- The Saints Peter and Paul Parish Church is located at Barangay Centro Occidental. It is one of the oldest Catholic churches in the Philippines, which took 10 years to finish. The church construction was started in 1654 by Fr. Alonzo de San Juan and was finished in 1664 under the management of Fr. Juan Bautista Marza.
- Santo Entierro Shrine
- Angustia / La Pieta Shrine
- The Pedro Sabido Monument was constructed as a dedication to former Philippine Senator, Pedro Sabido, who was born in Polangui on October 19, 1894 to Don Juan D. Sabido and Doña Maximina Ribaya. His monument is located at the Sabido Park, beside the Office of the Sangguniang Bayan. A provincial road, the Pedro Sabido Road, was also dedicated in his honor. It serves as a major transport road which connects the municipality of Polangui to the municipalities of Oas, the City of Ligao and the First District of Albay.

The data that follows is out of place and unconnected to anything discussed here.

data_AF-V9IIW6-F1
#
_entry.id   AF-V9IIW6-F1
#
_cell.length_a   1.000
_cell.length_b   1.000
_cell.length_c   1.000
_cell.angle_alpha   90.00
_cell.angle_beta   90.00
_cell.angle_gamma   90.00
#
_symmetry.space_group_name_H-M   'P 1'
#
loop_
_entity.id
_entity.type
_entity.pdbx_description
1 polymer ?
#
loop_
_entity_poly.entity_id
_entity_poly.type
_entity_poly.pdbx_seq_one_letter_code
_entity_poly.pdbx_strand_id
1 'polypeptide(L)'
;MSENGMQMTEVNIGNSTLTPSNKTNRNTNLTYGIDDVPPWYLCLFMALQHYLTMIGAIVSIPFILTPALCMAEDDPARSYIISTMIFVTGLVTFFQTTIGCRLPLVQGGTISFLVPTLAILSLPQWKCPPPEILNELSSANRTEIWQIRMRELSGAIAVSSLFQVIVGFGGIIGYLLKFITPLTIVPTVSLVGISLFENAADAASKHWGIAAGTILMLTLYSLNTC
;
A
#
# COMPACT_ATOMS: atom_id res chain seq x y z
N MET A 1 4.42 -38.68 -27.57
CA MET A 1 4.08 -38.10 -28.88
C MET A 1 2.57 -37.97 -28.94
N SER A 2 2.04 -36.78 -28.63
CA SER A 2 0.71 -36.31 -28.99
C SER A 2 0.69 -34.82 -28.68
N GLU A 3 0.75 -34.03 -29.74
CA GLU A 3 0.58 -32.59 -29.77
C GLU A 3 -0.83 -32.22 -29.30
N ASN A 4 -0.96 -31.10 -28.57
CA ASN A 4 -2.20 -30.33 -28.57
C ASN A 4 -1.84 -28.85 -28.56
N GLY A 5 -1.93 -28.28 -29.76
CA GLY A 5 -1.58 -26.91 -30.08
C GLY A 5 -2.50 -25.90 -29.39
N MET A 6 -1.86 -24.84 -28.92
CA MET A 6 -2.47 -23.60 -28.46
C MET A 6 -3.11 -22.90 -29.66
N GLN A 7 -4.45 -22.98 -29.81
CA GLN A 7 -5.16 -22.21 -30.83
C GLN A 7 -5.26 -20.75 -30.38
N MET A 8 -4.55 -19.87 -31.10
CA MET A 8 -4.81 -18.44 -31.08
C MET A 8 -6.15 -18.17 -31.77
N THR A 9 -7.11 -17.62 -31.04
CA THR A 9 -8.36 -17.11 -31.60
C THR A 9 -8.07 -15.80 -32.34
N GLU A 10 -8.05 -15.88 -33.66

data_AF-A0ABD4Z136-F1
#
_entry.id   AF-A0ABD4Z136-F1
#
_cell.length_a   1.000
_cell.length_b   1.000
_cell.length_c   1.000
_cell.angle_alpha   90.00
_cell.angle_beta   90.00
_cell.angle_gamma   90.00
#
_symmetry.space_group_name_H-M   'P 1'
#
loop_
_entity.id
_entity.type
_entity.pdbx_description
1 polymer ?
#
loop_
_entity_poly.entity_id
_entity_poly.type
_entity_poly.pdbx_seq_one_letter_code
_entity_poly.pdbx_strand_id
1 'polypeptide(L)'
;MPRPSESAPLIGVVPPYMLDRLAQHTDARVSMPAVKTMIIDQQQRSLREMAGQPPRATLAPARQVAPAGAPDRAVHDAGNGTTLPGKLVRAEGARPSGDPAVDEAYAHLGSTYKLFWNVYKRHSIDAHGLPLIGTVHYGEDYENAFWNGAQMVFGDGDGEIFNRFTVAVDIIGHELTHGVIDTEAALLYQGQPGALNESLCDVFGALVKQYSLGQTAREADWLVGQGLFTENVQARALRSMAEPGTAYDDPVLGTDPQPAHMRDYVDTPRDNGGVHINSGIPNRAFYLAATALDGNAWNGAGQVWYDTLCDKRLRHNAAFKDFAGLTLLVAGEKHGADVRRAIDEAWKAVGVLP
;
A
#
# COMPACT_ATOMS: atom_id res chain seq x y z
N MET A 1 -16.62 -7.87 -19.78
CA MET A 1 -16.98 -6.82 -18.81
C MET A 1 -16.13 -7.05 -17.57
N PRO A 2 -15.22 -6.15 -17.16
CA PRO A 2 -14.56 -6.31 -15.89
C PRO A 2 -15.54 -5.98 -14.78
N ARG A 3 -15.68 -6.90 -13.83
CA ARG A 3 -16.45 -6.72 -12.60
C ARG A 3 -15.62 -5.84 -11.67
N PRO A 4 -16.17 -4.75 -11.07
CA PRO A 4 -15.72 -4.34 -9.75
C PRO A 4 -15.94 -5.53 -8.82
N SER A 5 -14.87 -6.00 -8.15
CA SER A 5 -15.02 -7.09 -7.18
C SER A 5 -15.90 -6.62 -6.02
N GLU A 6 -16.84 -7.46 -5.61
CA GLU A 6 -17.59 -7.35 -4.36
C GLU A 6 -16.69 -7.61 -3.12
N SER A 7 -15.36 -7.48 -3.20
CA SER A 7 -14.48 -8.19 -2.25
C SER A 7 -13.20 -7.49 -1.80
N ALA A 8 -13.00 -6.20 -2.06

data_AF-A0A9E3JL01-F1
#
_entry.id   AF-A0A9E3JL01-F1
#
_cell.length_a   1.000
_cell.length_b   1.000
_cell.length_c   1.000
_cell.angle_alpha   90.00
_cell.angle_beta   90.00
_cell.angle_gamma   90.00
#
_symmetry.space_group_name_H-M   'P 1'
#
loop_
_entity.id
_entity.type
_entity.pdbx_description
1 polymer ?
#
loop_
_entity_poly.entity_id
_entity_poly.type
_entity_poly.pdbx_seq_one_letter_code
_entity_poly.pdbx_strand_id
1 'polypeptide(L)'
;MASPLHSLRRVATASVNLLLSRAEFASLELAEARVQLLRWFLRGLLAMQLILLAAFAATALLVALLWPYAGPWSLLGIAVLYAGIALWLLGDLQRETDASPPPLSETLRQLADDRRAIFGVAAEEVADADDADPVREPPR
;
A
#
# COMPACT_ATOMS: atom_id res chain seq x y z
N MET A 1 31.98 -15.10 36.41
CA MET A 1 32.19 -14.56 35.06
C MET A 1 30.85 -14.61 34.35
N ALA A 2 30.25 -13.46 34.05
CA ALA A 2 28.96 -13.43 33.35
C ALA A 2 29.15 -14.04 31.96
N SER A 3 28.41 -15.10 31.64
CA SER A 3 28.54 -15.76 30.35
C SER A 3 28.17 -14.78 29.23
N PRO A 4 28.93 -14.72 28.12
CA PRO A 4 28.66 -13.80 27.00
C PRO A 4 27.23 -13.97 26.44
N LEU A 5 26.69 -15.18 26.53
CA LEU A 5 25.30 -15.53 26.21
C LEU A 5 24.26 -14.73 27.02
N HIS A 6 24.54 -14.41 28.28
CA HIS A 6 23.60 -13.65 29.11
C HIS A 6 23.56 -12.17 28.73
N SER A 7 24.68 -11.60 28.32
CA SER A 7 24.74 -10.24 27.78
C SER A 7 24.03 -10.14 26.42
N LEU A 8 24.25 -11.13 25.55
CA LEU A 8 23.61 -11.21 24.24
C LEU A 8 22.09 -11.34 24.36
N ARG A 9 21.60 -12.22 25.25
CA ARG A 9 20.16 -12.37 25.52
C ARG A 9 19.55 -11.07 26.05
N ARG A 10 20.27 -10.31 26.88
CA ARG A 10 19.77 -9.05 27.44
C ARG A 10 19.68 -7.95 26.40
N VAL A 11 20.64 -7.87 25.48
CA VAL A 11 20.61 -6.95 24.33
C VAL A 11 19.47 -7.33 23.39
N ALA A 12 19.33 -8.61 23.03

- The Veterans' Memorial was constructed as a dedication to the fallen sons of Polangui who died and shed their blood during the Japanese military occupation in World War II. The memorial is located in front of the Polangui Tennis Club.
- Cristo Rey
Festivals and events
- Polangui Town Fiesta — started as "Oyangui Festival" in 2003 and later became "Pulang Angui Festival". It is an annual celebration of Polangueños during the whole month of June.
- Semana Santa (Holy Week) — The procession of pasos (Holy images) during Viernes Santo (Good Friday) has attracted devotees and local tourist alike because of the colorful and grandiose life-sized rebultos (statues) depicting the Passion of Christ and His resurrection installed on top of ornately decorated and lighter carrozas or cars. Many of the images and sculpture are of great antiquity and of magnificent artistry. Some of them are even centuries-old, like the image of St. Peter which dates back to 1857 as an heirloom piece.